Adding photos of your workspace or office to your website may not be specifically what a consumer is looking for but they will take notice of how professional your operation appears. It may also help you gain a little more trust when shoppers see this isn’t a fly by the seat of your pants operation.
If I’m shopping on a site that’s unknown, I am a little skeptical about purchasing. I’ve read many horror stories about items not arriving on time or at all. And there’s always the fear that what shows up doesn’t look nearly as good as it did online. Here’s a few ways to build some trust with your shoppers:
Are hundreds of people raving about your products or are there more people with questions, complaints or problems posting on your wall? Share testimonials to give potential customers proof that your products are worth their price.
There aren’t many people who are going to send in a testimonial on their own; you need to ask for them. You can either automate the process and have a follow up email sent a set amount of days after a purchase is made, asking how they like their purchase so far, or you can do it manually, at certain times of the year.
Use this time to gather useful feedback so you can work on improving your products as well. It’s really helpful to ask specific questions. “How have you used our product?” “What did you like the most about it?” As opposed to: “Can you please provide feedback?” And make it quick and easy for your customers. They likely won’t have time to answer a long survey so the shorter and more concise the better the chances are you’ll get replies.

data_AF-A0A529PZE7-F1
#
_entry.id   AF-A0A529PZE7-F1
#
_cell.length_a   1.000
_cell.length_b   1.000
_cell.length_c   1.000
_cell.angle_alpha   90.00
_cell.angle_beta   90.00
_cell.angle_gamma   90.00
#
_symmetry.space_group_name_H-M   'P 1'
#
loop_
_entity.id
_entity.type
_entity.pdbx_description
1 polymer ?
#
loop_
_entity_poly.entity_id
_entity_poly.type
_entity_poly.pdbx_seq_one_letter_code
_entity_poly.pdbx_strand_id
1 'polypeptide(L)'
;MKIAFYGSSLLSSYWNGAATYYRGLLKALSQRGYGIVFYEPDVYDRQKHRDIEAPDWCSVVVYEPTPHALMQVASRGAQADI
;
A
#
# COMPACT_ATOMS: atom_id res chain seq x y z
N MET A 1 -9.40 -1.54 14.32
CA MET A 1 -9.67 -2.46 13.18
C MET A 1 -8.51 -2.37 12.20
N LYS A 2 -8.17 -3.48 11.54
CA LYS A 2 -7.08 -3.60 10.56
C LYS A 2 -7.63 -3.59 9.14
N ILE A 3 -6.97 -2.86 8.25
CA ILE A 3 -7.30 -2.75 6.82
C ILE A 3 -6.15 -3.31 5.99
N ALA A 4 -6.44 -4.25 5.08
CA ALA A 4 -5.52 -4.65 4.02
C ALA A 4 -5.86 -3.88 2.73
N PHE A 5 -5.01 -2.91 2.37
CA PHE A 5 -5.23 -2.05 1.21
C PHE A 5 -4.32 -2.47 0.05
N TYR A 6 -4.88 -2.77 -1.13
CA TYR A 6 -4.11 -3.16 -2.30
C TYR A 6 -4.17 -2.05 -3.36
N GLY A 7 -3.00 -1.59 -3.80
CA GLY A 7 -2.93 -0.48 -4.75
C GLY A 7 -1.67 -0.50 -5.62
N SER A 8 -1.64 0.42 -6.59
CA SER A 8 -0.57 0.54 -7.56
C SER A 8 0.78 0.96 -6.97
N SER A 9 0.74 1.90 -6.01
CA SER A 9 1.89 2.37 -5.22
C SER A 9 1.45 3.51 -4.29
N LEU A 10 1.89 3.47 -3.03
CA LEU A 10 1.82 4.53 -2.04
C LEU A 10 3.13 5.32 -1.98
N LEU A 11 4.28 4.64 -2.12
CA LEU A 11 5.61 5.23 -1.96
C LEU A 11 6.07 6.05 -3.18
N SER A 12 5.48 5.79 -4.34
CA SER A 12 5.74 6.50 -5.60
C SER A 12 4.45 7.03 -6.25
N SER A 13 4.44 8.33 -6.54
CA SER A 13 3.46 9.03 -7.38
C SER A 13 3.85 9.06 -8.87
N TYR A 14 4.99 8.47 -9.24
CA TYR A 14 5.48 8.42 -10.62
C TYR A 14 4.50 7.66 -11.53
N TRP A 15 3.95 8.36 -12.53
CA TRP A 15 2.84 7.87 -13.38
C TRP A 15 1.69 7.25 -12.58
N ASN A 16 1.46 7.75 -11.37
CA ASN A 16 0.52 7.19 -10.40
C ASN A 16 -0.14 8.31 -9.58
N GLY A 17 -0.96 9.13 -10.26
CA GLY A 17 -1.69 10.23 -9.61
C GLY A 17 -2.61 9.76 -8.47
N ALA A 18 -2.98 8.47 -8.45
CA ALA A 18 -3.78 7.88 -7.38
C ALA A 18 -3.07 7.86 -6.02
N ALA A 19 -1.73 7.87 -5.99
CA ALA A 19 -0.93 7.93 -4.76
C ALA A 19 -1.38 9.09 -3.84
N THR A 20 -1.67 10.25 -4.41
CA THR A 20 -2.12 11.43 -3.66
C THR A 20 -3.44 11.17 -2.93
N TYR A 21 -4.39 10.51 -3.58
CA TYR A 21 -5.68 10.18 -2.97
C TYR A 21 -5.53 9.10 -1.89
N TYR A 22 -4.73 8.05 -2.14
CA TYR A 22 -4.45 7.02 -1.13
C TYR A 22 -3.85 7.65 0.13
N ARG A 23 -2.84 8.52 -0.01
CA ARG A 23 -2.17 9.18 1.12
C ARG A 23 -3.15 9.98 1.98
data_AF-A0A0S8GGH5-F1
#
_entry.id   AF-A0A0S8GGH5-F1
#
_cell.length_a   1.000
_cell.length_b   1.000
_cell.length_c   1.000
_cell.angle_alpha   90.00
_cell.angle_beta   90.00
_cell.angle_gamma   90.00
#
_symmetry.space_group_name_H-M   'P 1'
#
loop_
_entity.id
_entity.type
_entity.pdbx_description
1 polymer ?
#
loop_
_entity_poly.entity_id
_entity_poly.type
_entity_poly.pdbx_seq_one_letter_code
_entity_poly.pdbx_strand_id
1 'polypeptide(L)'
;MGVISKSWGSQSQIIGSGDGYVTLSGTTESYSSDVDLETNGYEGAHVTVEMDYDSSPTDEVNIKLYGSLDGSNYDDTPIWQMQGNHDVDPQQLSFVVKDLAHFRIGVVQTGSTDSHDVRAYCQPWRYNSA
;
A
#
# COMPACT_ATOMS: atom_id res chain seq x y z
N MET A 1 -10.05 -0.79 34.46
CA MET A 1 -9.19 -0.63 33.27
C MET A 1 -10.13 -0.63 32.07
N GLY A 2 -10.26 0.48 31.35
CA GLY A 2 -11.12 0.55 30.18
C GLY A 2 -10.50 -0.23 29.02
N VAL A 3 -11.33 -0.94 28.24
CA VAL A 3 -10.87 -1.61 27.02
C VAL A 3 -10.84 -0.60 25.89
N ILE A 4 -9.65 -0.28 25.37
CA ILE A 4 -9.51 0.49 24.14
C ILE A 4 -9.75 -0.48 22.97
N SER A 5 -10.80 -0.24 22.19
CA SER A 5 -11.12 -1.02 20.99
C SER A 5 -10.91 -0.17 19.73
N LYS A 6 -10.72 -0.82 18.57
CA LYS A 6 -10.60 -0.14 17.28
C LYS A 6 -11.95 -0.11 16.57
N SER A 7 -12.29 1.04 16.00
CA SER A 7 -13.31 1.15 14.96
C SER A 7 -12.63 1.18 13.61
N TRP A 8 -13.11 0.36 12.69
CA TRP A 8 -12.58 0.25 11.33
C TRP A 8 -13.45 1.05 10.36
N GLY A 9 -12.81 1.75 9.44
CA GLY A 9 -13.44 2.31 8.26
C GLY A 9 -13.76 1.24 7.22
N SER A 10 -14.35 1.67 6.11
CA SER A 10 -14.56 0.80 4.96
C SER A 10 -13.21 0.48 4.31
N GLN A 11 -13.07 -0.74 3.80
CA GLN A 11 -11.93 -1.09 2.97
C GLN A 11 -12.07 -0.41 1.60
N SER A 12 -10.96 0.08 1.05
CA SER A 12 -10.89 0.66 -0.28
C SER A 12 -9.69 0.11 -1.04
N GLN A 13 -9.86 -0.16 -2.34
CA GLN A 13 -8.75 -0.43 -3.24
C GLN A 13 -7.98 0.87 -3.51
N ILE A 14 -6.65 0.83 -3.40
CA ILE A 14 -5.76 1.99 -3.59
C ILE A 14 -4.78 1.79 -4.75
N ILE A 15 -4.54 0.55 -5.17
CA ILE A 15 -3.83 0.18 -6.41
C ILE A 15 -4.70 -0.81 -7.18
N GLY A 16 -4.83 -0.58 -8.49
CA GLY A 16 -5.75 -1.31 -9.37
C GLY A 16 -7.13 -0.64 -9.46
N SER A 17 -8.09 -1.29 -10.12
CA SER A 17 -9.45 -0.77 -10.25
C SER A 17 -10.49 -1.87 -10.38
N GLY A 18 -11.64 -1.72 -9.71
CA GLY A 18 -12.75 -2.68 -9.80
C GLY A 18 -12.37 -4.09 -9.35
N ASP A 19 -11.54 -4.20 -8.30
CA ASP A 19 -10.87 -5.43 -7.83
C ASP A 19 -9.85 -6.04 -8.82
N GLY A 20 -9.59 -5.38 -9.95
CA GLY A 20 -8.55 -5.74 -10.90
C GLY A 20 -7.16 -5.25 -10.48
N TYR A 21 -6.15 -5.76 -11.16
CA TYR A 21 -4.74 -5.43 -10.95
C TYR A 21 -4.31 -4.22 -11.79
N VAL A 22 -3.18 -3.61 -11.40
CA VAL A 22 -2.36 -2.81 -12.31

Are you more likely to believe a product is worth its cost if the company promises results or your money back, has a lifetime warranty or guarantees your satisfaction? Make it clear in your policies that you care about what happens after your customers purchase.
Not every product can guarantee satisfaction or afford to give money back but you can offer free repairs within a certain timeframe, trial periods or just a promise that you’ll make the best efforts to ensure each customer is happy with their purchase.
The nice thing about art and creativity is you don’t need a degree or certificate to prove you’re good at something; the proof is in the pudding. But that also means a lot more people are starting up knitting, jewelry or soap making businesses each year. Pointing out why you’re qualified to sell your products gives shoppers a little more confidence in you and may ease their worries about their new scarf unraveling or your soap giving them a rash.
If you’ve studied somewhere, been trained by, certified, worked for someone, been awarded for or featured in something, be sure to mention it. “Featured in Elle Magazine” gives you some major street cred!
If you don’t hold any awards or certificates but have spent hundreds of hours researching the materials/ingredients that go into your products, that’s also worth a mention. Or maybe some well-known companies have sponsored you. Seeing that those companies have backed you will give shoppers a little more confidence that what you’re offering is worth the price.
This is another area that can help set your business apart from your competitors. When your values are in line with your customers’ values, they’ll feel more of a connection to you and have more confidence in purchasing.
Mentioning that you hold customer satisfaction extremely high lets people know what you value most and that the care they’ll receive after their purchase is worth the price they’re paying.
Or if animal rights are important to you, you can mention anything you do to support them. That may be donating a portion of sales, which is directly related to your business, or volunteering at animal shelters on the weekends, which may not have any ties to your business.
Although it may not change the product I’m purchasing, I am going to feel a deeper connection and sense of trust if I see a company cares about animals as much as I do.
According to this article, issues with pricing is a common cause of people abandoning their shopping carts. Here are a few areas to watch out for: